Happy Thanksgiving, Youse Guys!

Hear what Philadelphians—from your next-door neighbor to boldfaced Philly names like Amy Gutmann, Tayyib Smith and Bill Hite—are grateful for, even in the midst of a troubled year.

Happy Thanksgiving, Youse Guys!

Hear what Philadelphians—from your next-door neighbor to boldfaced Philly names like Amy Gutmann, Tayyib Smith and Bill Hite—are grateful for, even in the midst of a troubled year.

It’s been a mad, mad, mad, mad year. Troubling, trying. Yet through the crises and the pain, beautiful moments and people have shone through, in ways big and small.

The neighbors who have picked up prescriptions for elders who couldn’t risk doing it themselves. The mental health professionals who stepped up to offer free phone counseling. The teachers who have brought food and homework help to students and families. The business leaders who have done the right things, for their staff and our city. The trash collectors, the medical professionals, the poll workers. The pets who have comforted us! And, of course, the children: the kids and teens and college students who have modeled resilience and growth for all of us.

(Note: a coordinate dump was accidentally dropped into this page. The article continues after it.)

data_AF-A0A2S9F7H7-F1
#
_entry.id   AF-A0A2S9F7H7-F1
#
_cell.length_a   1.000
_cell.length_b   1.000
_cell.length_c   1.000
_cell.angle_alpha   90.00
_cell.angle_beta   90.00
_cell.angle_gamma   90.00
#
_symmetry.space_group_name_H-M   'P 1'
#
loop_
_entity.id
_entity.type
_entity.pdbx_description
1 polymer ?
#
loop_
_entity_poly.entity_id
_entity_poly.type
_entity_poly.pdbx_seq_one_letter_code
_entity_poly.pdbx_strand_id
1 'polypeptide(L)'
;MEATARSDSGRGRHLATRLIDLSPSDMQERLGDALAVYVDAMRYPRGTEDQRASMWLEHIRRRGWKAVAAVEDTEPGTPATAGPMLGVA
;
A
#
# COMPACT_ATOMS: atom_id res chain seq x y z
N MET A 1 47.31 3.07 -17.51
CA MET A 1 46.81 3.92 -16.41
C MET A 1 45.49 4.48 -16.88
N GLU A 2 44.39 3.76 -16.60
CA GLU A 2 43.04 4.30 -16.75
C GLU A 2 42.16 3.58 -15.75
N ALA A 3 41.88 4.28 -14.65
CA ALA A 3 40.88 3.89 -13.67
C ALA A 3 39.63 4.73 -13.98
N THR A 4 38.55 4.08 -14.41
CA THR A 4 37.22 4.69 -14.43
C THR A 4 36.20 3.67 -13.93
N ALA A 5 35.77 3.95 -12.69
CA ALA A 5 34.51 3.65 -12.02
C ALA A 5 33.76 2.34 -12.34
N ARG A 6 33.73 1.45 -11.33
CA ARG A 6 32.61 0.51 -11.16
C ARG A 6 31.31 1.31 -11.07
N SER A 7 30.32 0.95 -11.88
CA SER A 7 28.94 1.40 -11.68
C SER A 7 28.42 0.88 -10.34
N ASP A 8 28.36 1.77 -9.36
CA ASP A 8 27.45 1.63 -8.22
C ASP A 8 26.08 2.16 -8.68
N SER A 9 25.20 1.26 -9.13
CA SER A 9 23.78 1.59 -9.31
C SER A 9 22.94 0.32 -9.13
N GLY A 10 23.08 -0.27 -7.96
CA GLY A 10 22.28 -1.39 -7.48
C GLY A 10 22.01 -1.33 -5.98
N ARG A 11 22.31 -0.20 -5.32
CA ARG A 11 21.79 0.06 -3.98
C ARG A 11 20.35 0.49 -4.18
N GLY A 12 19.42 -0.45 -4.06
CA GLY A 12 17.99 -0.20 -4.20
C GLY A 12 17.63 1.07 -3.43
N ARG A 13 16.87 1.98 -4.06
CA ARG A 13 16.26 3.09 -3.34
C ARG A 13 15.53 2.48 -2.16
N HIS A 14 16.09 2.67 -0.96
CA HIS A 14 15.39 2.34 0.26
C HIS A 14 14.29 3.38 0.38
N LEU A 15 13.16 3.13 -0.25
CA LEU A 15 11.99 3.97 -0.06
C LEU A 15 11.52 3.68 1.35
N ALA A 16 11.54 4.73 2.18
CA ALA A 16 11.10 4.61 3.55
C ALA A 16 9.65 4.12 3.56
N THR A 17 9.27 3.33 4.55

We stopped Philadelphians on the street, and reached out to some of our local newsmakers as well, to hear what they’re grateful for this Thanksgiving. We’d love to hear what’s on your list, in the comments below and on social. And we wish all of you a holiday filled with health, safety, peace, gratitude, and good citizenship.


“What I’m grateful for in 2020 is more time in my home. With stay-at-home orders, I had no excuse not to finally clean out those closets, donate the books I’m done reading and the clothes no one’s wearing, and enlarge the container garden on my roof deck (it was a big year for zinnias!).” —Jennifer Weiner, bestselling author, including her most recent hit, Big Summer


“I’m very thankful for the educators and all school staff, who have gone above and beyond, in many cases learning new things, as well as all of our support staff, our counselors, our nurses, our principals—all of these individuals have had to learn new things to do in this virtual environment while taking care of their own families, their own children, who also may be in a virtual setting. So I’m most grateful this week for those individuals and their commitment to the young people here in Philadelphia.” —William R. Hite, Jr., Superintendent, School District of Philadelphia


The owner of Harriet's Bookshop in Philadelphia huddles up with some of her friends.

“I am thankful for the next generation of movers and shakers. The interns at Harriett’s are just one example of committed youth powering through daunting times and working to make our city a more fruitful place.” —Jeannine A. Cook, owner, Harriet’s Book Shop